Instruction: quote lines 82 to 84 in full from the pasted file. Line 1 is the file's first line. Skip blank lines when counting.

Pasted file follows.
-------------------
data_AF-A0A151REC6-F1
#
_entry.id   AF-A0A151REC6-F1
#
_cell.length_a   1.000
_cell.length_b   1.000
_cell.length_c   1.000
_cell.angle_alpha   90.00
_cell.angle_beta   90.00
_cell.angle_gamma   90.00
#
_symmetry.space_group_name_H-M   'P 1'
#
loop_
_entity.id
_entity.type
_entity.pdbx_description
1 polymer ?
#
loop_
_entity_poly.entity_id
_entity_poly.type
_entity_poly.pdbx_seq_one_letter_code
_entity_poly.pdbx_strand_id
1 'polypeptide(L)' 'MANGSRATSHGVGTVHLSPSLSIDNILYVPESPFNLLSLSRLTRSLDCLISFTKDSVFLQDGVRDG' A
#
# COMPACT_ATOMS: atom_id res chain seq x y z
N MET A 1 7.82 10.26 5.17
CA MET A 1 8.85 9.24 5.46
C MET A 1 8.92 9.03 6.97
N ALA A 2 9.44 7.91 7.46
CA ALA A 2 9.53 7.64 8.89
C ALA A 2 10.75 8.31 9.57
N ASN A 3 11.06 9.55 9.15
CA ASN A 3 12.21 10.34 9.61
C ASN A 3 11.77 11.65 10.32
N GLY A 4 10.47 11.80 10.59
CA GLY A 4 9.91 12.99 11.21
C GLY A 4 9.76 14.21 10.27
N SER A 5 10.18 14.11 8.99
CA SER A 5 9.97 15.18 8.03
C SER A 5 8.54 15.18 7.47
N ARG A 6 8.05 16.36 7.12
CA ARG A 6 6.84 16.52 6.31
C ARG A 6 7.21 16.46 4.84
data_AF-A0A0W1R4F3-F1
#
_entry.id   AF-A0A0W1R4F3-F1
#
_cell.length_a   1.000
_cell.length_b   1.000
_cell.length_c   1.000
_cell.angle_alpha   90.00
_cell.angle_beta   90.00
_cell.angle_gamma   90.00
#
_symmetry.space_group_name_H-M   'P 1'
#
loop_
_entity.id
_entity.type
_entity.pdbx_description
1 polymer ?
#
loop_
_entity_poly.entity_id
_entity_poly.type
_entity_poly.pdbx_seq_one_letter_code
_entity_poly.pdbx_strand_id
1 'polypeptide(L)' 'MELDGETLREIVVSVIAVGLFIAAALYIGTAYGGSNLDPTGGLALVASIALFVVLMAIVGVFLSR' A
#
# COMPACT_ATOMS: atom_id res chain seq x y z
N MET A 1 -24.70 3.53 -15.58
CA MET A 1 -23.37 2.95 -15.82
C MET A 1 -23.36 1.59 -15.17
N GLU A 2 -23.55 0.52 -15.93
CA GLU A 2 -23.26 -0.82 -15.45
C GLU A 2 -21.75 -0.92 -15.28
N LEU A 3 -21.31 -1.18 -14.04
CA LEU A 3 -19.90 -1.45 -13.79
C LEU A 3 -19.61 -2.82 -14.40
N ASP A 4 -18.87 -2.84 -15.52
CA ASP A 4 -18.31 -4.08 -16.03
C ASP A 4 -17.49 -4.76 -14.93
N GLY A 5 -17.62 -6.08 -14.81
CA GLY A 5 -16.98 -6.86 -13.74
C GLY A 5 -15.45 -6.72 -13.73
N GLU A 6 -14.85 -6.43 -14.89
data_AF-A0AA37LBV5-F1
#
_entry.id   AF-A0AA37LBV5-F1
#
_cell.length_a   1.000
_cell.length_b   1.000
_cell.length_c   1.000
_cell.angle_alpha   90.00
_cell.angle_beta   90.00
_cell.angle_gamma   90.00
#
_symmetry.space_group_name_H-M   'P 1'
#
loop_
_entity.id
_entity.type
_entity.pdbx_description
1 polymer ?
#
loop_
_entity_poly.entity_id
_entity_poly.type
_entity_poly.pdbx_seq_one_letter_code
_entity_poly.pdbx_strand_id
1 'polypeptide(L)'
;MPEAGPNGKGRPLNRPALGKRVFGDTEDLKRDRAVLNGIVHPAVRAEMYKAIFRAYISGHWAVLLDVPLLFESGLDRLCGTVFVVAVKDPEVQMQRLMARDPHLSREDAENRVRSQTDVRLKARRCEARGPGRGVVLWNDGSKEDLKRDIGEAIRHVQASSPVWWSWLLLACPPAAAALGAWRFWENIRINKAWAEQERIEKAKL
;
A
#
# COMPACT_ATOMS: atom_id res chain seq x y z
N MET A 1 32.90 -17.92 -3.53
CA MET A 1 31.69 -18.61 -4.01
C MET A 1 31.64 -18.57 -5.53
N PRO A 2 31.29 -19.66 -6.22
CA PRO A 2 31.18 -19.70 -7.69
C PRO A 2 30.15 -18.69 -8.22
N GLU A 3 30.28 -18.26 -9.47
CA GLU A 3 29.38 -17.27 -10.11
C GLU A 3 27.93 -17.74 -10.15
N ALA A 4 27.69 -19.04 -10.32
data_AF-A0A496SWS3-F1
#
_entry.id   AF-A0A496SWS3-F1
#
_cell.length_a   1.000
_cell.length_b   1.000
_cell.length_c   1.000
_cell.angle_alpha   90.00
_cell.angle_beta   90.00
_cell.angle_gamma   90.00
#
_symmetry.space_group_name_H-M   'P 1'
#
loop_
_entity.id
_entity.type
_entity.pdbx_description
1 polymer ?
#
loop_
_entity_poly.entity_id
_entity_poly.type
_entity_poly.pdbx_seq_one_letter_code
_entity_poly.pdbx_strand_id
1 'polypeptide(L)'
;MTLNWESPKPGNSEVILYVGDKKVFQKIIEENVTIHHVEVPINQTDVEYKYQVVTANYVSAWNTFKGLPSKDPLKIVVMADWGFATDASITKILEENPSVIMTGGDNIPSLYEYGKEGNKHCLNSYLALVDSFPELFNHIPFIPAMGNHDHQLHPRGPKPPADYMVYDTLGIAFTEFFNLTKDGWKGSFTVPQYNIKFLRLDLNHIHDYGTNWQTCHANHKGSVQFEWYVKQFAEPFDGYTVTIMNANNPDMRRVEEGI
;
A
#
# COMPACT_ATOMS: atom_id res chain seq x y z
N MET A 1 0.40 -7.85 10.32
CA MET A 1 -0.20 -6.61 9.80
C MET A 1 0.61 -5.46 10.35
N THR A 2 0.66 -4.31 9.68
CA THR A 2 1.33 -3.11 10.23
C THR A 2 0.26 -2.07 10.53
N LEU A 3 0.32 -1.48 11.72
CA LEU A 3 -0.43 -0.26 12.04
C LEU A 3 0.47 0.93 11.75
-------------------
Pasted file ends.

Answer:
N ASP A 4 -18.87 -2.84 -15.52
CA ASP A 4 -18.31 -4.08 -16.03
C ASP A 4 -17.49 -4.76 -14.93